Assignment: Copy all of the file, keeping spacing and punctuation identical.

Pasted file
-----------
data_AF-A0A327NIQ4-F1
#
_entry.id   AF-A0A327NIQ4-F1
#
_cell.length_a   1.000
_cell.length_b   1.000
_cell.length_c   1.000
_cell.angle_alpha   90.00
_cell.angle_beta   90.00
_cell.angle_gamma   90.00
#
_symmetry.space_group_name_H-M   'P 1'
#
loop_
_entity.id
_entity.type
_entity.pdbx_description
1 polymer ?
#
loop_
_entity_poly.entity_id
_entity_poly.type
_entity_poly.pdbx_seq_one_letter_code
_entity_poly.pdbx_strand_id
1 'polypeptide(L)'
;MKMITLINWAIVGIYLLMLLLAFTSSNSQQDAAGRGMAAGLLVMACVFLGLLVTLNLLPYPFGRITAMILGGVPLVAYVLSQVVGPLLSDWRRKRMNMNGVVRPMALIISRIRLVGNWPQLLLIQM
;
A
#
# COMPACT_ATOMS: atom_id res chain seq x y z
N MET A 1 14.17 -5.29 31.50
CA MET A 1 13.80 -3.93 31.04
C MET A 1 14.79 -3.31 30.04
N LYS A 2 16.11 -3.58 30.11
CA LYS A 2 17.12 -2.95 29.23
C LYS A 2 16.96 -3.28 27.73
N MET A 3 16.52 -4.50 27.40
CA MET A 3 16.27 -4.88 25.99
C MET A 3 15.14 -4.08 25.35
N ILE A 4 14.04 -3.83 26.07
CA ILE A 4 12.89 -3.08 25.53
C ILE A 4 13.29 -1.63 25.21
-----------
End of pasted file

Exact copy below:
data_AF-A0A327NIQ4-F1
#
_entry.id   AF-A0A327NIQ4-F1
#
_cell.length_a   1.000
_cell.length_b   1.000
_cell.length_c   1.000
_cell.angle_alpha   90.00
_cell.angle_beta   90.00
_cell.angle_gamma   90.00
#
_symmetry.space_group_name_H-M   'P 1'
#
loop_
_entity.id
_entity.type
_entity.pdbx_description
1 polymer ?
#
loop_
_entity_poly.entity_id
_entity_poly.type
_entity_poly.pdbx_seq_one_letter_code
_entity_poly.pdbx_strand_id
1 'polypeptide(L)'
;MKMITLINWAIVGIYLLMLLLAFTSSNSQQDAAGRGMAAGLLVMACVFLGLLVTLNLLPYPFGRITAMILGGVPLVAYVLSQVVGPLLSDWRRKRMNMNGVVRPMALIISRIRLVGNWPQLLLIQM
;
A
#
# COMPACT_ATOMS: atom_id res chain seq x y z
N MET A 1 14.17 -5.29 31.50
CA MET A 1 13.80 -3.93 31.04
C MET A 1 14.79 -3.31 30.04
N LYS A 2 16.11 -3.58 30.11
CA LYS A 2 17.12 -2.95 29.23
C LYS A 2 16.96 -3.28 27.73
N MET A 3 16.52 -4.50 27.40
CA MET A 3 16.27 -4.88 25.99
C MET A 3 15.14 -4.08 25.35
N ILE A 4 14.04 -3.83 26.07
CA ILE A 4 12.89 -3.08 25.53
C ILE A 4 13.29 -1.63 25.21